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Trachurus trecae fisheries Genetics (Perciformes, Carangidae): temporal analysis of populations by microsatellite markers for the sustainable management of this important feature of the African Atlantic coast fishing

Grant number: 18/24559-0
Support type:Scholarships in Brazil - Master
Effective date (Start): March 01, 2019
Effective date (End): May 09, 2021
Field of knowledge:Agronomical Sciences - Fishery Resources and Fishery Engineering - Marine Fishing Resources
Principal researcher:Alexandre Wagner Silva Hilsdorf
Grantee:Kenneth Gabriel Mota
Home Institution: Pró-Reitoria Acadêmica. Universidade de Mogi das Cruzes (UMC). Campus da Sede Mogi das Cruzes. Mogi das Cruzes , SP, Brazil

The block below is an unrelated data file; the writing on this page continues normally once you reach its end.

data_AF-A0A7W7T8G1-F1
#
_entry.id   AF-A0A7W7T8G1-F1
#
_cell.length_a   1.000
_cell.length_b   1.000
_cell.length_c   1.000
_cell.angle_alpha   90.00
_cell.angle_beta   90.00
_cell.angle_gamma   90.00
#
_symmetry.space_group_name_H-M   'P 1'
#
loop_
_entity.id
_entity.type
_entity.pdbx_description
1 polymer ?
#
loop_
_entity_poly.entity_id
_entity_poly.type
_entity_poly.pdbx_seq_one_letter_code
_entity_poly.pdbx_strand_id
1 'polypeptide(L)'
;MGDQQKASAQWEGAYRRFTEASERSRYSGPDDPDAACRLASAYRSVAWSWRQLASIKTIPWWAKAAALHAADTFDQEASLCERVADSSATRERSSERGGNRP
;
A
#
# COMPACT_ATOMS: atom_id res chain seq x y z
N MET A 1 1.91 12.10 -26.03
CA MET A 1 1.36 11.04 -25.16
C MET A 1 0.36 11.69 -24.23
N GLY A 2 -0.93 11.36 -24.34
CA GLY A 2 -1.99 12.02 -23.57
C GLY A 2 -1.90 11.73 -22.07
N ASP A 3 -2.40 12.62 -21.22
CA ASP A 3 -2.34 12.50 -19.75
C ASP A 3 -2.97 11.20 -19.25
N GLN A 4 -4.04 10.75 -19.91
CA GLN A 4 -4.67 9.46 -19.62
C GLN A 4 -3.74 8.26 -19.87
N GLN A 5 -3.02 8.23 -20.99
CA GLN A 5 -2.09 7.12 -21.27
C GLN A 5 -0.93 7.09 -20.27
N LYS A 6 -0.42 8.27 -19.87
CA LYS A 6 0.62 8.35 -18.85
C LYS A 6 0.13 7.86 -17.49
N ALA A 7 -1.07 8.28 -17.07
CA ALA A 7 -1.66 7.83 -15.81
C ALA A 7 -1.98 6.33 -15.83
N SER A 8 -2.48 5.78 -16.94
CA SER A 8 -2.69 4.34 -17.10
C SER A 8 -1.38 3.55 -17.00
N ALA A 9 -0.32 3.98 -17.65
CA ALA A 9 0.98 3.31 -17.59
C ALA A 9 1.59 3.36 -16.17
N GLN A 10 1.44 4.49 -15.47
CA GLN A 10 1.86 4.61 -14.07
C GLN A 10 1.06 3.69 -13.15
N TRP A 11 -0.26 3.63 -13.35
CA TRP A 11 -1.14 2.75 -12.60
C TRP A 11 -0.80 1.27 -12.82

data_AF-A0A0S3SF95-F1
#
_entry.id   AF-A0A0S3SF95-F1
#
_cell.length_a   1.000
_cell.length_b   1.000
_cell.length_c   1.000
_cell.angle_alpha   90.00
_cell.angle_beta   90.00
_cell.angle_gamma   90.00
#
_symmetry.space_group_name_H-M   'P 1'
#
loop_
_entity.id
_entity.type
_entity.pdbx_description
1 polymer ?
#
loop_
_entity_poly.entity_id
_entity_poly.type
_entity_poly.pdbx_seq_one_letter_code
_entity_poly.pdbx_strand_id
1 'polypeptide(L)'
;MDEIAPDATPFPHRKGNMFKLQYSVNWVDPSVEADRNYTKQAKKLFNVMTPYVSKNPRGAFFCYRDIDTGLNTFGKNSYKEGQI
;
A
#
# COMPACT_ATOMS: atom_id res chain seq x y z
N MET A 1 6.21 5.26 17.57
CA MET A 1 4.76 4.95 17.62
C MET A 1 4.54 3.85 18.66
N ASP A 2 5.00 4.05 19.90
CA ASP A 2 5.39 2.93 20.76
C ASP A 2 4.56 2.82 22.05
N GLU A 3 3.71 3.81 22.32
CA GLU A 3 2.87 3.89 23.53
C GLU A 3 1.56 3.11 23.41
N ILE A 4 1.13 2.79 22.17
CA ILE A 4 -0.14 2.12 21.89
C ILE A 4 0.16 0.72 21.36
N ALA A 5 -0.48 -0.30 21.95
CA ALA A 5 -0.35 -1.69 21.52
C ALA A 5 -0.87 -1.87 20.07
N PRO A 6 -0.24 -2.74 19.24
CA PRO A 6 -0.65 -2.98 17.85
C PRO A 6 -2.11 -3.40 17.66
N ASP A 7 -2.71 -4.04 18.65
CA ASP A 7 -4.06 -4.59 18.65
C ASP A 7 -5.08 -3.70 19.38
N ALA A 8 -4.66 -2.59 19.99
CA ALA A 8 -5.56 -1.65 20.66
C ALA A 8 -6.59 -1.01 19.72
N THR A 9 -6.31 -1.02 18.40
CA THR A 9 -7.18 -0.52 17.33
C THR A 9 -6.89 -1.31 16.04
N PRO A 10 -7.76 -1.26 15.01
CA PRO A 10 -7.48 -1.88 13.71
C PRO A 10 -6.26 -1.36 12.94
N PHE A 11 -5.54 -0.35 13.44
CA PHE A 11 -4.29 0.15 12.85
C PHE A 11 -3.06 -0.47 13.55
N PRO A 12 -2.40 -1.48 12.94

The species Trachurus trecae occurs in the Eastern Atlantic between Morocco to Angola, sometimes ranging south to northern Namibia. This species is an economically important fishery resource for many countries, particularly to Angola. Fishing data reveal a recent population decline, possibly due to the strong fishing pressure coupled with the lack of fisheries management of this species. The maintenance of inter-and intraspecific genetic diversity is a crucial point for the long-term sustainability of the stocks, especially those of interest to artisanal and industrial fishing. Genetic erosion and the loss of genetically distinct populations by overfishing may threaten the economic sustainability of a given species in a first moment, which may imperil the long-term survival of the species. Therefore, to yield sustainable use of a given marine resource, inter alia, the development of methods to estimate the loss of genetic variability in natural populations and assess population genetics structure are necessary. To achieve that, microsatellite molecular markers have been used extensively to determine levels of diversity and genetic connectivity among fish stocks, especially those targets for fisheries. Against this background, this study aiming at assessing the temporal genetic diversity among and within populations of T. trecae collected in a space of 10 years gap. This goal will be carried out with the use of specific-species microsatellite markers developed by our research group, already. The outcomes of this proposal will test the hypothesis of a possible impact of capture of kunene horse mackerel from the fishing fleet of Angola, as well as understand if oceanographic variables are driven factors to produce genetic divergence among populations. (AU)